Rui Hachimura’s relatively short basketball career has been packed with ground-breaking achievements.
Hachimura is a superstar and the face of basketball’s rising popularity in his native Japan. Roughly a year ago, the former Gonzaga standout was in a commercial promoting the 2020 Summer Olympics in Tokyo. He was set to lead Japan’s team at the Games in four months.
The Japanese government and International Olympic Committee announced Tuesday the postponement of the Summer Olympics and Paralympic Games to no later than summer 2021 due to the coronavirus pandemic.
The decision wasn’t a surprise. U.S. swimming, gymnastics and track and field recently urged the IOC to postpone the Games. Olympic committees for Canada and Australia announced they wouldn’t send their athletes to Tokyo because of the coronavirus outbreak.
Japan was granted host nation qualification for the Olympics’ 12-team basketball tournament. Seven other countries, including the U.S., had qualified. Four berths were to be determined at upcoming qualifying tournaments.
Hachimura didn’t get involved in basketball until a middle school friend asked him to try out for the team. Okuda Junior High coach Joji Sakamoto saw something right away in Hachimura, the son of a Japanese mother and Beninese father.
“He gave me tapes of NBA and NCAA games of different players,” Hachimura told The Spokesman-Review during his senior season. “My coach started to say I was going to play in the NBA. I got more serious about it.”
Hachimura arrived at Gonzaga with obvious physical tools but largely untested against high-level competition. The 6-foot-8 forward barely spoke English.
He played limited minutes on the 2017 team that lost to North Carolina in the national championship. He became a key player as a sophomore and a star as a junior. Japanese media chronicled nearly all of his games over his last two seasons.
Hachimura became the first Japanese-born player taken in the first round of the NBA draft when Washington selected him with the ninth overall pick. He’s started 41 games as a rookie, averaging 13.4 points and 6.0 rebounds. He played in the Rising Stars contest at All-Star weekend.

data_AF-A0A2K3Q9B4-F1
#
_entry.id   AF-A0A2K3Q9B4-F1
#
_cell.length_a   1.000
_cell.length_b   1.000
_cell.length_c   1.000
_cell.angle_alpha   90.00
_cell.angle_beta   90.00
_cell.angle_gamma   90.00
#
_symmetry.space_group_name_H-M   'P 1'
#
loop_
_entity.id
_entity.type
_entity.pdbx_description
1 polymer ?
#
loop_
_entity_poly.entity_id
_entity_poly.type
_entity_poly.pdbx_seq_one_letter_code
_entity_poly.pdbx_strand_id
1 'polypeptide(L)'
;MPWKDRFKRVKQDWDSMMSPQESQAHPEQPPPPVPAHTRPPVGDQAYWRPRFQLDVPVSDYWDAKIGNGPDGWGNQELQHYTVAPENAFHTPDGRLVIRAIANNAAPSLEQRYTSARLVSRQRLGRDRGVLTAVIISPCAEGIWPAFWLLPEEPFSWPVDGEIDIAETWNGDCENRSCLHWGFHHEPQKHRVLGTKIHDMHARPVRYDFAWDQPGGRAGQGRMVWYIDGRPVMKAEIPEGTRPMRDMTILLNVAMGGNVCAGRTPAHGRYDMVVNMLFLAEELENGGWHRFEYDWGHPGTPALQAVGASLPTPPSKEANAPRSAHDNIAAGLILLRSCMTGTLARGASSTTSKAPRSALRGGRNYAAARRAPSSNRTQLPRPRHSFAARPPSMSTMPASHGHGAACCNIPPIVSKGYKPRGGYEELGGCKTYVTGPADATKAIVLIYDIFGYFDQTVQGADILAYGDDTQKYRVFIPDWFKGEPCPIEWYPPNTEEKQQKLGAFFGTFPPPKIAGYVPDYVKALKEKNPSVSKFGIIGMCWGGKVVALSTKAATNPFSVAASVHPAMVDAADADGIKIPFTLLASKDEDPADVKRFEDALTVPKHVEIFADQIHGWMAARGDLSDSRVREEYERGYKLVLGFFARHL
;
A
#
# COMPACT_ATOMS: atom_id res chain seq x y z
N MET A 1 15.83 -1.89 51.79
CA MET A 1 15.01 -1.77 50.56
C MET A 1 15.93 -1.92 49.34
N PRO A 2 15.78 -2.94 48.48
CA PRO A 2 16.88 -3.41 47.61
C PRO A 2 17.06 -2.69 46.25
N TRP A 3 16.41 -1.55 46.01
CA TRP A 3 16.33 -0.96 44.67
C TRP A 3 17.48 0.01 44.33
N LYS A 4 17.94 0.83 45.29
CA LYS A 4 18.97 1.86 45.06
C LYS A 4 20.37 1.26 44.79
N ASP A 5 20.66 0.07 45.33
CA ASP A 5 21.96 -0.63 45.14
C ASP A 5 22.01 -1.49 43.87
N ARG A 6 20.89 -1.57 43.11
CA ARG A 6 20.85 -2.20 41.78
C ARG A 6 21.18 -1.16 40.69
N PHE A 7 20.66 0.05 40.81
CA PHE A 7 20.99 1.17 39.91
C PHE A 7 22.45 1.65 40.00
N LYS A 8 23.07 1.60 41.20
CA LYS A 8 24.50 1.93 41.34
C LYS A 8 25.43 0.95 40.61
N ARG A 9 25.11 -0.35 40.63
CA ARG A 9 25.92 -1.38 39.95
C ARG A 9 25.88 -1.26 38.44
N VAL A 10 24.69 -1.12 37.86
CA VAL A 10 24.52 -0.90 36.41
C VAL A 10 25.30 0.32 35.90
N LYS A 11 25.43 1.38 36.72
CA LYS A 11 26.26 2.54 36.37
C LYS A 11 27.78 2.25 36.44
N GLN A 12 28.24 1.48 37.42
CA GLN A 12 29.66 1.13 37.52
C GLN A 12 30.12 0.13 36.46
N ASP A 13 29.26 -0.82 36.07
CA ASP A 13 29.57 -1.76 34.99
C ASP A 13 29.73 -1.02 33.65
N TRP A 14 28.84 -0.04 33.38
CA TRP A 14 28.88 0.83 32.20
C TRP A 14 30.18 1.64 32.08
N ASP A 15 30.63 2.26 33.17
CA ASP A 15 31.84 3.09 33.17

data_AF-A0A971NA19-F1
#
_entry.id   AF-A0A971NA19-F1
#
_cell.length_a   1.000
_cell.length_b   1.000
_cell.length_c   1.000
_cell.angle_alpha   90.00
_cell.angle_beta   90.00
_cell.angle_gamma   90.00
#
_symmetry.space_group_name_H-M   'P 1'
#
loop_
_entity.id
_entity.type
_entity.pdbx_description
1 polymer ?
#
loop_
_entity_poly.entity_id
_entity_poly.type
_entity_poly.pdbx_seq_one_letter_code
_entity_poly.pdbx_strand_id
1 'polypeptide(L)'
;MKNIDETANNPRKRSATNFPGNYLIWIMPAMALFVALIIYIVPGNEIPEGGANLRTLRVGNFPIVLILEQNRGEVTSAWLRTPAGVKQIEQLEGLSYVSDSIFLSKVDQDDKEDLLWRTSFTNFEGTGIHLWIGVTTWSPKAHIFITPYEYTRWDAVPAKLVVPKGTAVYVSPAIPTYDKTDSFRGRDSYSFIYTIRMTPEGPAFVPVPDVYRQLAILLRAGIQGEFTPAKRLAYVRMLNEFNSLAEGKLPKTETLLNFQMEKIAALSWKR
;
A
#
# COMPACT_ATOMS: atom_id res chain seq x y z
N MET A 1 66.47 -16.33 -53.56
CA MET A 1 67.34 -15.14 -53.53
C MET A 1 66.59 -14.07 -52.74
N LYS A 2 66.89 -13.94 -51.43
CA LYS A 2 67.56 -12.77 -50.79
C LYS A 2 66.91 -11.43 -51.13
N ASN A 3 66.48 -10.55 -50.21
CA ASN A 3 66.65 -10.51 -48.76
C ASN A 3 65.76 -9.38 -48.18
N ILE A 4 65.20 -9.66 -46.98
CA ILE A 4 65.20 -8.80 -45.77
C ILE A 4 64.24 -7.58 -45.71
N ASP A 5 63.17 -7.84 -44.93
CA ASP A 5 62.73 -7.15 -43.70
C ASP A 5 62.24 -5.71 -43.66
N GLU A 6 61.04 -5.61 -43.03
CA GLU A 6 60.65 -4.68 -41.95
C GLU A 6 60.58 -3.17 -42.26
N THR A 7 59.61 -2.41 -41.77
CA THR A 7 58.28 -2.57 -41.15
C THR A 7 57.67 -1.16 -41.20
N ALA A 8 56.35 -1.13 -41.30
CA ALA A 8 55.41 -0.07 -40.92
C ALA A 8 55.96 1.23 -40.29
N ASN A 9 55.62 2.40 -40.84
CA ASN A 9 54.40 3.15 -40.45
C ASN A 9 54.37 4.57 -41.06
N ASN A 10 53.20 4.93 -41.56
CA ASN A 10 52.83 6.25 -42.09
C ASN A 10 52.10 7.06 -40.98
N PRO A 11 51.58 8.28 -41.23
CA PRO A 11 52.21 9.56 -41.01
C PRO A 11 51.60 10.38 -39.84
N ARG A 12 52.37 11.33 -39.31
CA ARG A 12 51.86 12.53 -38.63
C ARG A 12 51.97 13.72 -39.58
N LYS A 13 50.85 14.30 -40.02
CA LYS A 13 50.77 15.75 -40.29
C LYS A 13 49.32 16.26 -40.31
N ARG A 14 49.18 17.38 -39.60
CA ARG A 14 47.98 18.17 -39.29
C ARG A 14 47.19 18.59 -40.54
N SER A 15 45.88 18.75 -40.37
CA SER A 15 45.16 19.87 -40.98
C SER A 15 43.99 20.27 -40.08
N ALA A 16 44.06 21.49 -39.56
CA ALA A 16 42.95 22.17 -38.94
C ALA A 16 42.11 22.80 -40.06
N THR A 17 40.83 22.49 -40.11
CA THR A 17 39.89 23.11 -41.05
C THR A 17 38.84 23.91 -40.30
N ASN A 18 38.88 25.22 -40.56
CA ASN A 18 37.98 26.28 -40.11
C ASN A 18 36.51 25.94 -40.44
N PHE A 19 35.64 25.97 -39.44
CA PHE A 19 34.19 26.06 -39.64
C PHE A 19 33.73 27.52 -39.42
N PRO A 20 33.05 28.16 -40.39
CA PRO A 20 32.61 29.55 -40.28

The Wizards, realizing Hachimura’s enormous popularity in Japan, hired bilingual journalist Zac Ikuma to produce content in English and Japanese for the team’s website.
Hachimura, 22, signed his first endorsement deal with Japanese food company Nissin prior to the NBA draft. He’s landed several endorsement contracts with Japanese companies in addition to one with Jordan Brand.
Japan has had some success at international tournaments with Hachimura, former Nevada star Nick Fazekas and Yuta Watanabe, who has split time between the Memphis Grizzlies and the organization’s G League team. Fazekas is a naturalized Japanese citizen.
Japan hasn’t competed in the Olympics since the 1976 Games in Montreal. Japan has played in six Olympics, with its highest finish 10th in 1956 and 1964.
Other Zags potentially impacted by the postponement include Kelly Olynyk (Canada) and Domantas Sabonis (Lithuania). Canada and Olynyk, who plays for the Miami Heat, were scheduled to host a four-team qualifying tournament in June. Ex-Zags Kyle Wiltjer and Kevin Pangos played for Canada during some of the qualification rounds.
Lithuania and Sabonis, an All-Star with the Indiana Pacers, also faced a qualifying tournament.
Australia had earned a spot in field. Former Washington State Cougar Aron Baynes, now with the Phoenix Suns, has played on the Boomers’ past two Olympic teams.
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